As with most things in life, after 16 seasons, fans get tired. Whether it’s another horny middle-aged man hitting on the grossly thin admin assistant on Survivor, the country bumpkin who came from nothing on American Idol, or the 27th season of Real World in Miami, fans eventually die down each and every week, each and every season.
But Monday, as former Philadelphia Eagles and Denver Broncos safety Brian Dawkins announced his retirement (via Twitter) from the NFL after 16 highlight-reeled seasons and nine Pro Bowls, I’m left with the question: “Was anyone done with No. 20?”
Dawkins spent 13 hard-hitting seasons in Philadelphia after being drafted in the second round of the 1996 draft out of Clemson. That very season, Dawkins quickly showed me how important the role of a safety was.
To this day my dad still thinks he was the one who taught me all the tips to play the defensive position, but in truth it was Dawkins who taught me that reading the quarterback’s eyes was a surefire way to snag an interception. It was Dawkins who showed me how be a leader on my very own sports teams and how to be loud and in charge. It was Dawkins who showed me how to viciously tackle an opposing sorority girl at the knees and drill her into the ground. It was Dawkins who showed me that a player playing off the line of scrimmage wasn’t a B-team kind of athlete—he was in fact quite the opposite. It was Dawkins who showed me defensive players were just as important as offensive players.
For girls, those are the kinds of integral aspects of sports that create a real and genuine understanding and love of the game.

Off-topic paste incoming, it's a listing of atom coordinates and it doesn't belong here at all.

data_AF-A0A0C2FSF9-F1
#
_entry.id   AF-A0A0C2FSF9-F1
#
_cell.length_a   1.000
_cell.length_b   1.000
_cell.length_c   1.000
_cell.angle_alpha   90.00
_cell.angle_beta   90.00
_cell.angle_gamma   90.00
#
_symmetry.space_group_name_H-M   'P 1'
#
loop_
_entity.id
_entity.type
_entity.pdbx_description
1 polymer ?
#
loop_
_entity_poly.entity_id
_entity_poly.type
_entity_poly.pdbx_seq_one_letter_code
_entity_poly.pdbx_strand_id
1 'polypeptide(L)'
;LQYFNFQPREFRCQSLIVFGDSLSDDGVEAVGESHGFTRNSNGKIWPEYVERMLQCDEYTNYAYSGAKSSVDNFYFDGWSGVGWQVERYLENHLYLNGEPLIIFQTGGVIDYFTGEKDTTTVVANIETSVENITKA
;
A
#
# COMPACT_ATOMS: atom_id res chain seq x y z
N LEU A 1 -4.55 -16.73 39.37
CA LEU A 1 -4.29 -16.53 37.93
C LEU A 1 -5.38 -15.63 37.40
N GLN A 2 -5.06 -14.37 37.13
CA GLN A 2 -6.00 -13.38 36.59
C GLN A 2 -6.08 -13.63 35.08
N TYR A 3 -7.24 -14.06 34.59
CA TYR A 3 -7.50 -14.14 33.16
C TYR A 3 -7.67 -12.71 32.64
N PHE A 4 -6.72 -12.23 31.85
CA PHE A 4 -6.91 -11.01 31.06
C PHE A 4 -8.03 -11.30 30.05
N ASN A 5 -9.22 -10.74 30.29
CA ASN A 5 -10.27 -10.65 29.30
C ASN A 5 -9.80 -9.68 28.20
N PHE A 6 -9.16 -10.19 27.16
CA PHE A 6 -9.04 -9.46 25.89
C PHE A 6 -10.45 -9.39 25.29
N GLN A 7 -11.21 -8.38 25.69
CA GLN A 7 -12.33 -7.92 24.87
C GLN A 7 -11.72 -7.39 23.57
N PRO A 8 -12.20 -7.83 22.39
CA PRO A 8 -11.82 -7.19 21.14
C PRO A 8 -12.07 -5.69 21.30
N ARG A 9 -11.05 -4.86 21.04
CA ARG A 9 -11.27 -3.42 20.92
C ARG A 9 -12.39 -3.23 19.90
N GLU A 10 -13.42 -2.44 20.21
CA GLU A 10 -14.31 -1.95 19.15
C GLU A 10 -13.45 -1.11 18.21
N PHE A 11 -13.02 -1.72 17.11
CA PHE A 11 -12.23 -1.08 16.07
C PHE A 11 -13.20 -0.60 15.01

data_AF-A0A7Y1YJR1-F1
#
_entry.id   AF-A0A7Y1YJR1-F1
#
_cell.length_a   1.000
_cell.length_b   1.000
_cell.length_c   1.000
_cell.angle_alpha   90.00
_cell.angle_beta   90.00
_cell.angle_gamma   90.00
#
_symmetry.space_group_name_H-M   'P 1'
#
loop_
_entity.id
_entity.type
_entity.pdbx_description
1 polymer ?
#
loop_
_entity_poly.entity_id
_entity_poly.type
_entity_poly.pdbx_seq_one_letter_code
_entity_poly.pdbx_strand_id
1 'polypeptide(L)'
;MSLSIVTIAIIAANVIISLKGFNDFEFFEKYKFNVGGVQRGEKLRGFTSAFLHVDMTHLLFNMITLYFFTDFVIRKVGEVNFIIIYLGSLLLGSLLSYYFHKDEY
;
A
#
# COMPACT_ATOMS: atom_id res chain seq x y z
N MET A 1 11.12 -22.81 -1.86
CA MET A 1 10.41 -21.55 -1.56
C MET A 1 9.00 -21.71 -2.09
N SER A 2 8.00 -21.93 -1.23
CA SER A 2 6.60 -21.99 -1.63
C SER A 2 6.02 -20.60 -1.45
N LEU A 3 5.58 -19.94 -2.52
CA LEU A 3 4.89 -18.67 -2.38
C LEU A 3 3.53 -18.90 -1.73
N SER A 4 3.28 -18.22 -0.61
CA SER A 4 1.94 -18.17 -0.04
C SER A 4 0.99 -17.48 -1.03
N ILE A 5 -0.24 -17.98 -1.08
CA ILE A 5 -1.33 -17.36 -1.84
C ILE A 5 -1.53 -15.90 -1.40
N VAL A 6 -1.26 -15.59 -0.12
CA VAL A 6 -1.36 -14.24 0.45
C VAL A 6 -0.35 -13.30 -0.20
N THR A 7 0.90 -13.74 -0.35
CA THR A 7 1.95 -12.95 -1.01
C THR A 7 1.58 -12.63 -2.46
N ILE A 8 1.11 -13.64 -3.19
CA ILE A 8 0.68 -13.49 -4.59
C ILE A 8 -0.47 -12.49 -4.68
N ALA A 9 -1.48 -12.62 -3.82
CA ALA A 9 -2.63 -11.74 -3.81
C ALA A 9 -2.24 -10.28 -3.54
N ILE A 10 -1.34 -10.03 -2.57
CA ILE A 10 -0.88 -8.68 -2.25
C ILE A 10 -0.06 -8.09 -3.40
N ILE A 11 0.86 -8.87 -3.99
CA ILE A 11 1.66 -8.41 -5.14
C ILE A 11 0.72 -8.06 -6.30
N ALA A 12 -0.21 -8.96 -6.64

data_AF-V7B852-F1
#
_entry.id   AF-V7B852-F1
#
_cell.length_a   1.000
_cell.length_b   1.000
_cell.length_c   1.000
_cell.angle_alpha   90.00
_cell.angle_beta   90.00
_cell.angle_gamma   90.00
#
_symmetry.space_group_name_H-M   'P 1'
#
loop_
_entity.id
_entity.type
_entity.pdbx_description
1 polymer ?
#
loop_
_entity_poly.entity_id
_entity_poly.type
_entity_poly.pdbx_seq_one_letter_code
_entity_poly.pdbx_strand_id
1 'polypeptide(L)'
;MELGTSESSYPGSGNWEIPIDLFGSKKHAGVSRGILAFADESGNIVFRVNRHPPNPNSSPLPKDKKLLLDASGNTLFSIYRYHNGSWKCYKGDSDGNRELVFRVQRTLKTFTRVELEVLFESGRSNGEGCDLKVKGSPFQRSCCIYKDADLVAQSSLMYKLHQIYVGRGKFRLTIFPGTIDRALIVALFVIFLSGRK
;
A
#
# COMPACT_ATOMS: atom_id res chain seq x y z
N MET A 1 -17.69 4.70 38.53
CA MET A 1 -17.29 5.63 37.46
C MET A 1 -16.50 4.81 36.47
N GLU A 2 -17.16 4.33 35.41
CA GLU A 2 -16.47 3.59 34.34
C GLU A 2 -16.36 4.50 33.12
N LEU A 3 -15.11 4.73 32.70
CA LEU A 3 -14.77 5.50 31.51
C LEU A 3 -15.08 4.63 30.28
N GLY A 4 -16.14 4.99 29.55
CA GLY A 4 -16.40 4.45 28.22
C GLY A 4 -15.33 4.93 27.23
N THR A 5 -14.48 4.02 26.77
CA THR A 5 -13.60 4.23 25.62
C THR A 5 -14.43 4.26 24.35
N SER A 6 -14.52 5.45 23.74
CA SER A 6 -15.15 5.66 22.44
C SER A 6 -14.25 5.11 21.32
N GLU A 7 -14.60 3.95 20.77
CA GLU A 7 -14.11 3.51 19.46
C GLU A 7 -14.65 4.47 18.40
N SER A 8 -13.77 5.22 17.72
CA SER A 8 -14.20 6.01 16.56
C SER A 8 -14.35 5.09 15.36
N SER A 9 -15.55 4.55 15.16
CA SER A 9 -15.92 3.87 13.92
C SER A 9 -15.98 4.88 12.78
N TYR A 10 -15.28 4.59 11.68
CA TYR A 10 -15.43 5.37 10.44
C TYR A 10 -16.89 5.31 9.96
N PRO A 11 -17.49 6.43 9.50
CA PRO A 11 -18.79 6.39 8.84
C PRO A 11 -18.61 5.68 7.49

After playing almost his entire career with the Eagles, 2009 marked what could easily be one of the greatest mistakes in franchise history by letting Weapon X become a free agent and allowing him to sign a five-year deal with that we-just-traded-Tim-Tebow-for-Peyton-Manning-team. Now, once again a free agent, the quick and agile DB decided to leave the turf on an all-too-rare high note, leaving fans like me desperately hoping he pulls a Brett Favre. (I’m not talking camera phones; I’m talking a change of heart.)
To be able to play in Philly is to be able to play anywhere. To last as long as Dawkins did with the rowdy fanbase (the one I am so proud to call my own) without fans turning on him or throwing batteries says a lot about his character both on and off the field.
Dawkins was, and is, the epitome of all that Philly fans expect: to be able to talk the talk and back it up. The man was a reckless beast on the field. He could get to a pass faster than Heidi Montag could get to a plastic surgeon and he could do it numerous times.
Number of pass breakups for Dawkins: 98.
Number of plastic surgeries for Montag: 10. That we know of.
His unprecedented love for the game and ultimate desire to win resonated with Philly fans and most recently with Bronco Nation. Watching him run out onto the field and witness his innate ability to pump up fans and teammates while simultaneously instilling fear in the opposing team is something everyone in the NFL will miss.
At the age of 38, the now retiree has numerous accolades to be proud of as he departs from the field with his head held high and his body healthy. Dawkins pioneered one of the toughest defenses in the NFC alongside Bobby Taylor and Troy Vincent during his time in Philly, as well as set franchise records for games played (183) and interceptions (34). Perhaps one of his most impressive stats is his 42 forced fumbles, the most by a defensive back in the NFL.
He could play zone, he could play man, he could defend against a corner route, a Hail Mary or the best run game in the league. Brian Dawkins was the backbone of the Eagles defense for so many years and his departure from the Eagles' starting lineup three years ago still confuses fans to this very day, even more so now that the future HOF’er won’t be retiring in an Eagles jersey, as most would agree he should.
John Elway said it best (also via Twitter): “Congratulations on a Hall of Fame Career, Dawk!!!”
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